The latest issue of the Monthly Report on Bulgarian Economy was released

The new issue of the Monthly Report on Bulgarian Economy was published. It assesses the short-term dynamics of main economic indicators, with data published up to September 17 2019.

Gross domestic product

In Q2 GDP has continued to increase, supported by net export. The growth reached 3.7% yoy (non-seasonally adjusted data) and slowed down from 4.8% in Q1, due to the almost neutral contribution of domestic demand because of a decline in the change in inventories. Fixed investments increased by 1.3%, up from 0.6% in Q1. The acceleration reflected higher public capital expenditures. At the same time, both private and public consumption growth was weaker than in Q1. These developments, along with lower export growth, led to a decrease in import.

On the supply side, Gross Value Added growth accelerated. The rate reached 3.9% yoy with the highest contribution coming from public administration and real estate activities. The value added in construction increased by 6.6% yoy after a decrease in Q1.

Short-term business  statistics

After the reported weak performance in June, short-term indicators had positive development in July. Industrial production and turnover returned to growth supported by both domestic and foreign industrial sales. Manufacture of food products and electricity, gas, steam and air conditioning supply had major contribution to the rise in domestic turnover, while manufacture of chemical products supported the growth in foreign sales. Construction production also followed an upward trend mainly due to higher building construction. Meanwhile, sales of computers, peripheral units and software and of audio and video equipment posted the largest increase in retail trade.

In August, the overall business climate indicator continued to decline, but remained above its long term average.  The monthly value was 3.1 points lower than in July, as the assessment of the present business situation in all sectors was less favourable, and expectations deteriorated. Households’ more negative expectations also led to a decrease in the consumer confidence indicator in August.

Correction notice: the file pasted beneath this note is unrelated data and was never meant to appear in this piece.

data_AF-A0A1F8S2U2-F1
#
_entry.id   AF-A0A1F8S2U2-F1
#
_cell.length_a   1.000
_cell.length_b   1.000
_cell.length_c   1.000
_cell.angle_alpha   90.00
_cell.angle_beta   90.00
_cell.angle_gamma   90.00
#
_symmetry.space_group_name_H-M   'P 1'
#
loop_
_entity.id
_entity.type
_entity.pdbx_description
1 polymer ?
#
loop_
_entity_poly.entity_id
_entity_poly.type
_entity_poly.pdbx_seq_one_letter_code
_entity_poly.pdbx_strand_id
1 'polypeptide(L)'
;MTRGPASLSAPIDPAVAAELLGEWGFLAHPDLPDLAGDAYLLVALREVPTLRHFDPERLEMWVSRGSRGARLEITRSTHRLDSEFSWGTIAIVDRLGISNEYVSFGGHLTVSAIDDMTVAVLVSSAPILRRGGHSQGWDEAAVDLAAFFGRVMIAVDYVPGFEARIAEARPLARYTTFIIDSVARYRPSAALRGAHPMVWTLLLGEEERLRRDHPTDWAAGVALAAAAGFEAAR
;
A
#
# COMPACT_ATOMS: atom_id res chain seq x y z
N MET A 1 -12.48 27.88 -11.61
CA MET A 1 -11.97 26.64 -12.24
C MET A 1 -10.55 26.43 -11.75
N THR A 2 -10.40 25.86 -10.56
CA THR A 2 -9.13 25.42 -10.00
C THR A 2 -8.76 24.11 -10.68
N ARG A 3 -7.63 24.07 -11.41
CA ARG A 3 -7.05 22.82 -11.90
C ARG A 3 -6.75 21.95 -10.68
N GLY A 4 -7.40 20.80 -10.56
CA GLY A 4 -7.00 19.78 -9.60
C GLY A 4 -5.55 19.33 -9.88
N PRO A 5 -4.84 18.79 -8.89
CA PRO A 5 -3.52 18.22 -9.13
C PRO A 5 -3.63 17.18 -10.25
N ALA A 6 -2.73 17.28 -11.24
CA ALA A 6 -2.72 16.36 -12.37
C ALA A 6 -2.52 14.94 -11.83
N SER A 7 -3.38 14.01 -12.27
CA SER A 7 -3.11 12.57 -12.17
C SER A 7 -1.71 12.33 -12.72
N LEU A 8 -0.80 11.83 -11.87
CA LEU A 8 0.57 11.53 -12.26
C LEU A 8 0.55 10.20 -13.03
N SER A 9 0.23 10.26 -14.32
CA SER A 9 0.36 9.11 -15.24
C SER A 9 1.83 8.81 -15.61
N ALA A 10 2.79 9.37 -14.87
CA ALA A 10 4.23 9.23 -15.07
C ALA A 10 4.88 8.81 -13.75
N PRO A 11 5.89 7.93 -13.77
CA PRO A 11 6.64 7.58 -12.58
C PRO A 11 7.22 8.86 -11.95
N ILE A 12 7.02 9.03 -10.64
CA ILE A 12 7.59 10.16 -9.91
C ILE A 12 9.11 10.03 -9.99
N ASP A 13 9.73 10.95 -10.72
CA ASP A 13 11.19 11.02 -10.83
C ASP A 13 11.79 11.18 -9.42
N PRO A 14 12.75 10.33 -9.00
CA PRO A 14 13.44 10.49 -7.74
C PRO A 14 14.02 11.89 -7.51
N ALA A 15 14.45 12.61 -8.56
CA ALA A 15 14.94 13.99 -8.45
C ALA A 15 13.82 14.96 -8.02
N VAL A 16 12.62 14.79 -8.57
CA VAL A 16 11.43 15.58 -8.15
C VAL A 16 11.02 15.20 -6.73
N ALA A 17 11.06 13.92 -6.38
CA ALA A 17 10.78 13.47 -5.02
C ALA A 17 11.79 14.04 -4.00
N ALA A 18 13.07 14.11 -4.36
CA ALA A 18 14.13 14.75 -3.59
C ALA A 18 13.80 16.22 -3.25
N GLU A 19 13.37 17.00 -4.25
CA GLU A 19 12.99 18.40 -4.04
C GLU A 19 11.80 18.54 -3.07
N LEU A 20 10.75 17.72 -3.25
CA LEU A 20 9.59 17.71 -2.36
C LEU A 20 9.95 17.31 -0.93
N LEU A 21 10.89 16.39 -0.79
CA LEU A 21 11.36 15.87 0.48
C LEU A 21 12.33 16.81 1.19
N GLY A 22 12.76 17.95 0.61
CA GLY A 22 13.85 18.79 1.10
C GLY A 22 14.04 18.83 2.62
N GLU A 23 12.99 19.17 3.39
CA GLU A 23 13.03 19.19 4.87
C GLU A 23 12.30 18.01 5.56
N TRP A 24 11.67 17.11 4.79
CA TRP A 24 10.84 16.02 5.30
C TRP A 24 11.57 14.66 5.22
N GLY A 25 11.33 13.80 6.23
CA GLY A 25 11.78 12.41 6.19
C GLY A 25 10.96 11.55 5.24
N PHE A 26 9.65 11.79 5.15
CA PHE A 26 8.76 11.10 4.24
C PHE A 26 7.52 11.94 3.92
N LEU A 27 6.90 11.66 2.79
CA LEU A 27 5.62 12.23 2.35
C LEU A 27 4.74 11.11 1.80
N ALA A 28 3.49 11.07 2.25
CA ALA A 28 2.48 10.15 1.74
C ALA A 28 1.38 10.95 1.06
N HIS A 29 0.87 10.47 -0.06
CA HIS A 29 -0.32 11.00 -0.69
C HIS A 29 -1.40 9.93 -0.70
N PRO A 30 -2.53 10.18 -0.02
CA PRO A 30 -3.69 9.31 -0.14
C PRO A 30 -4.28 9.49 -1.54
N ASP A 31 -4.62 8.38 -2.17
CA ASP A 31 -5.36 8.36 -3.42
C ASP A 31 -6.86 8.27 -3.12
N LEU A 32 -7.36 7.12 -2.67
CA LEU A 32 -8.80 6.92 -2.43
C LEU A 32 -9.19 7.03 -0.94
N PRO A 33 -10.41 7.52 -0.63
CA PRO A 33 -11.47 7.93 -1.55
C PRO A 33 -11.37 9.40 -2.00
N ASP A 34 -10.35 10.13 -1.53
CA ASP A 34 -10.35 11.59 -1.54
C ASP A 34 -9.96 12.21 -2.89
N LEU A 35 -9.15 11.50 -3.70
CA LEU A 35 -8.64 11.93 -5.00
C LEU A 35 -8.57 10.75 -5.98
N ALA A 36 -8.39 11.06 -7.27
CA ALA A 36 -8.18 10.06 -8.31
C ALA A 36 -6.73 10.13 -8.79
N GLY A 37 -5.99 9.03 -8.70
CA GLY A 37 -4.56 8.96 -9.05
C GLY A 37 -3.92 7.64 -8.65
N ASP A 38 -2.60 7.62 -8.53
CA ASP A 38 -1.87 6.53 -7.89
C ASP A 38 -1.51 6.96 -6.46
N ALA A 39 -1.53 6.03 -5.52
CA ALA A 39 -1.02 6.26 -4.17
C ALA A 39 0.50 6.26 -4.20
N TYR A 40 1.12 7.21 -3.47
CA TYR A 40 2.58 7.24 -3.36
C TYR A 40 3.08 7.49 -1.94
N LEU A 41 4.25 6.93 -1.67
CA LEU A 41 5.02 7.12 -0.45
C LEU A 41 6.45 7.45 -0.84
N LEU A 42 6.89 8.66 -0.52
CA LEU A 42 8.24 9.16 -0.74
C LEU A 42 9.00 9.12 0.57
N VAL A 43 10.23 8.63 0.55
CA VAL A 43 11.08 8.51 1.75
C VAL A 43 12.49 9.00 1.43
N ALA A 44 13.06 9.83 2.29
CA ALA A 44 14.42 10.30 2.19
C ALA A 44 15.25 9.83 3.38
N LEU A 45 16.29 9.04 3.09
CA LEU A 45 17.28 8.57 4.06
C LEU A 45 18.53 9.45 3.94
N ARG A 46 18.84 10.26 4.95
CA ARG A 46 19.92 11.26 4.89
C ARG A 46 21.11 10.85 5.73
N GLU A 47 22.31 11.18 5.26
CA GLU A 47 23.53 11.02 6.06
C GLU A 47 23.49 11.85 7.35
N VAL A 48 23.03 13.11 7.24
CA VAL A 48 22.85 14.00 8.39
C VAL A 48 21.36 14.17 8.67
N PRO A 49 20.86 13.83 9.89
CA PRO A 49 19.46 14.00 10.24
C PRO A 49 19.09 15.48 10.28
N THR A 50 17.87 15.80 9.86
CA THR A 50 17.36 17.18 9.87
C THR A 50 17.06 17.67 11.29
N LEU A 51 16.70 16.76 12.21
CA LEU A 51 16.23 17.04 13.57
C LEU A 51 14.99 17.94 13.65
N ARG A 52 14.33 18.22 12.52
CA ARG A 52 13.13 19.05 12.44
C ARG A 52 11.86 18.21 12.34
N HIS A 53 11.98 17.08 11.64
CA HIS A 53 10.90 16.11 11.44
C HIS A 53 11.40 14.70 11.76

Labour market

In Q2 the labour force participation increased further due to activation, while working-age population was declining. The labour force (15-64) went up 1.4% yoy driving upwards the activity rate to 73.8%. Employment numbers increased across all 10-year age groups, as the increase in 1524 and 25-34, was the first since early 2018. Given the unfavourable demographic trends this broad employment improvement reflected higher labour market participation. Higher job opportunities resulted in a further decrease in the unemployment rate to a historical low of 4.2% (LFS).

Тhe overall employment growth (ESA 2010) slightly accelerated in Q2, up by 0.2%, mainly due to services. Agricultural employment continued to decrease, while employment growth in industry was sustained by construction but restrained by the negative dynamics in industry excl. construction. Job creation in services was broadly supported by all sub–activities.


Productivity growth accelerated to 3.6% yoy in Q2, up from 2.8% in Q1, supported by higher real GVA in all economic sectors. The largest contribution came from services. Although industrial productivity growth lowered, the rate of increase in manufacturing, which is mainly exposed to external competition, remained significant at 8.8% yoy. Compensation per employee grew by 11.5% yoy (close to the Q1 reading of 11.2%). The upward trend was mostly driven by positive base effect in services (up by 13% yoy), and the indicator in industry was up by 8.8%. Reflecting productivity and compensation per employee dynamics in Q2, the overall nominal unit labour costs (NULC) went up by 7.7% yoy. Still, NULC in manufacturing continued decreasing, pointing to a lower labour costs pressure in the export-oriented activities.


Food and services prices determined the annual inflation dynamics in July and August. After accelerating to 2.6% in July, the inflation rate edged down to 2.5% yoy in August. The contribution of energy goods to the overall price dynamics was very low. At the same time food prices increased by 5.1% and services – by 3.6% yoy in August. The acceleration in food inflation, observed since the beginning of the year, together with the increase in wages, pushed up the prices in some services such as catering, up by 5.6% in August.

Core inflation, which excludes energy goods and unprocessed foods, accelerated to 2.9% in July and slowed down to 2.7% in August.

The entire document can be downloaded here.

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